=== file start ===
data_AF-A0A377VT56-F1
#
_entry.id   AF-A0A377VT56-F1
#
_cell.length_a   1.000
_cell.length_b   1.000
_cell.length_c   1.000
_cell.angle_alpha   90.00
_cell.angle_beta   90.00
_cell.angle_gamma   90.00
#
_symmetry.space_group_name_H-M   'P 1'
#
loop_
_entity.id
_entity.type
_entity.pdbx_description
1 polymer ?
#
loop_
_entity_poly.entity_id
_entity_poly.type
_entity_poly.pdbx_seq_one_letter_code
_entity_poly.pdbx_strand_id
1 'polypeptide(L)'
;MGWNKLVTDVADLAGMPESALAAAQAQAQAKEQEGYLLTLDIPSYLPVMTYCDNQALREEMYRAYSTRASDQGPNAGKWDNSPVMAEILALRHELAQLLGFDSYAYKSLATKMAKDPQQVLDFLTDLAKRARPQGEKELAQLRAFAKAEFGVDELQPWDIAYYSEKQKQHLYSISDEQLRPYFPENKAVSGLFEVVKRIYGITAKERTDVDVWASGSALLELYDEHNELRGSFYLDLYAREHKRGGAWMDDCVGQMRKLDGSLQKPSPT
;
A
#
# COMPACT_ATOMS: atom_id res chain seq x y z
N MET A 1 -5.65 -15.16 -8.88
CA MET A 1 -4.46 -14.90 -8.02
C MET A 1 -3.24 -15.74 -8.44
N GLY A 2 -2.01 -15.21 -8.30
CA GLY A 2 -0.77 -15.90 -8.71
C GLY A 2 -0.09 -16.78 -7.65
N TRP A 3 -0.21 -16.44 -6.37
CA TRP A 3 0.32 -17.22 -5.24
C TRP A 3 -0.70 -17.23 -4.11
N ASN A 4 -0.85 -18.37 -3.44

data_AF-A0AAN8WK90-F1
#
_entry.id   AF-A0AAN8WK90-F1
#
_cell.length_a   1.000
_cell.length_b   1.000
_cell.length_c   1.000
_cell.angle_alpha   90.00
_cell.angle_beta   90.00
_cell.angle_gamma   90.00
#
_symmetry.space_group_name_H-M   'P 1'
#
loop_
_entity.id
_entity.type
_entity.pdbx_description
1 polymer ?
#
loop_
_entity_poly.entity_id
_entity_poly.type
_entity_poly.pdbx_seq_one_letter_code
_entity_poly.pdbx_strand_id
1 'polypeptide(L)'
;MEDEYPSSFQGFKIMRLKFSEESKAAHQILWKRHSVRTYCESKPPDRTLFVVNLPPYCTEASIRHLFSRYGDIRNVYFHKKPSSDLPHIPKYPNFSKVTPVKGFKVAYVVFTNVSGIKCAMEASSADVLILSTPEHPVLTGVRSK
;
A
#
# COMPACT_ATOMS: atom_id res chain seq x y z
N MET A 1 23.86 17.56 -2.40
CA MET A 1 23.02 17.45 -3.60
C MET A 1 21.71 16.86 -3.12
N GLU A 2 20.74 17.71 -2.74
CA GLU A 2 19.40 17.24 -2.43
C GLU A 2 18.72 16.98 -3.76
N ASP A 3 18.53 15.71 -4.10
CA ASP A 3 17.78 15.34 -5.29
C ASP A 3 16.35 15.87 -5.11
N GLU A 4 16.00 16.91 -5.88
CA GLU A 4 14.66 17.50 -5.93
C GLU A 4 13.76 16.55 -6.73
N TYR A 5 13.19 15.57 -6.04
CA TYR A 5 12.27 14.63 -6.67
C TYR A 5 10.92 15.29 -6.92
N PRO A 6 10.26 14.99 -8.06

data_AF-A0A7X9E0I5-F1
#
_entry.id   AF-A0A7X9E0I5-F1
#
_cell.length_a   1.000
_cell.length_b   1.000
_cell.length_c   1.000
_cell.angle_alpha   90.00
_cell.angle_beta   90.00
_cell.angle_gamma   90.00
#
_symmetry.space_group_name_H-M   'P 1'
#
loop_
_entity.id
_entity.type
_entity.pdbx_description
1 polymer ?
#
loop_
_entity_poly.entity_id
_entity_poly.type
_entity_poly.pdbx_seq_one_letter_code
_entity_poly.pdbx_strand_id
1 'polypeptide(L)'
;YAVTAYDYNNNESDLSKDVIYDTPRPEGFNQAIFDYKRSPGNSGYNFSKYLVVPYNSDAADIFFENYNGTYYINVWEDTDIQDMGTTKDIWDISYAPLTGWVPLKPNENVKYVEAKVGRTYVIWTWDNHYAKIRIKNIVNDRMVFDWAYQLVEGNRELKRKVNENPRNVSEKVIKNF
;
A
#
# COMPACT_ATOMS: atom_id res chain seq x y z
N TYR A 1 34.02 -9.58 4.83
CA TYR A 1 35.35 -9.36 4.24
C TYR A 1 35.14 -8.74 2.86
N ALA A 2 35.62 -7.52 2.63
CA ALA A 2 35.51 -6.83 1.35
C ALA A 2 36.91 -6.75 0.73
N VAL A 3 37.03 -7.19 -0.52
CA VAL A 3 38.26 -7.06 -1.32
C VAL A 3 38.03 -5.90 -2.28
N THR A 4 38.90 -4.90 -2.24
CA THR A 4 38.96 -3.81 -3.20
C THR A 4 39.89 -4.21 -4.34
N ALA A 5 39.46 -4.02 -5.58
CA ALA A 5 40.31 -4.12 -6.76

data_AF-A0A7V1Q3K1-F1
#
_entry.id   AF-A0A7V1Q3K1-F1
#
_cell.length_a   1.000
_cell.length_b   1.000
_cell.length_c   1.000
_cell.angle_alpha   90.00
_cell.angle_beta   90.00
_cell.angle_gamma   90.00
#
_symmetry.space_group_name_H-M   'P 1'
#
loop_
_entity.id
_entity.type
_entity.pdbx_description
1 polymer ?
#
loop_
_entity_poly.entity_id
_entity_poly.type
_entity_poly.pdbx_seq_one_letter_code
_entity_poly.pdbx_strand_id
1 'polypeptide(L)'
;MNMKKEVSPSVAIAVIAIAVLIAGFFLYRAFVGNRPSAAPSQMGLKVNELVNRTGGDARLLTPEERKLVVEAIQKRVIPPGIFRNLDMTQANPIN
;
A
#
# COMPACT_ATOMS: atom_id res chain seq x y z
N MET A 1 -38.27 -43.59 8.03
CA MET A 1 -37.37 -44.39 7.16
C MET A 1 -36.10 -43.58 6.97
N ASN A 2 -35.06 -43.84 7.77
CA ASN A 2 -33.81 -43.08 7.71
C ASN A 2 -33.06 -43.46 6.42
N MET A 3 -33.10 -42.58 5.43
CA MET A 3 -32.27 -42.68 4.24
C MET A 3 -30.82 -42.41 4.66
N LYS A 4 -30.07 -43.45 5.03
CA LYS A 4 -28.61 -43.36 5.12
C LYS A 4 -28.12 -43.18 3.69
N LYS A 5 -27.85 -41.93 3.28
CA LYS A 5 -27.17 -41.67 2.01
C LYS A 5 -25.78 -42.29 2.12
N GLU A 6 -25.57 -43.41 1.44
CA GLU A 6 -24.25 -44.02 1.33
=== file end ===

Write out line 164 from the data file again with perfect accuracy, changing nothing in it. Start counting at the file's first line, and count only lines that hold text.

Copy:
N ASN A 2 -35.06 -43.84 7.77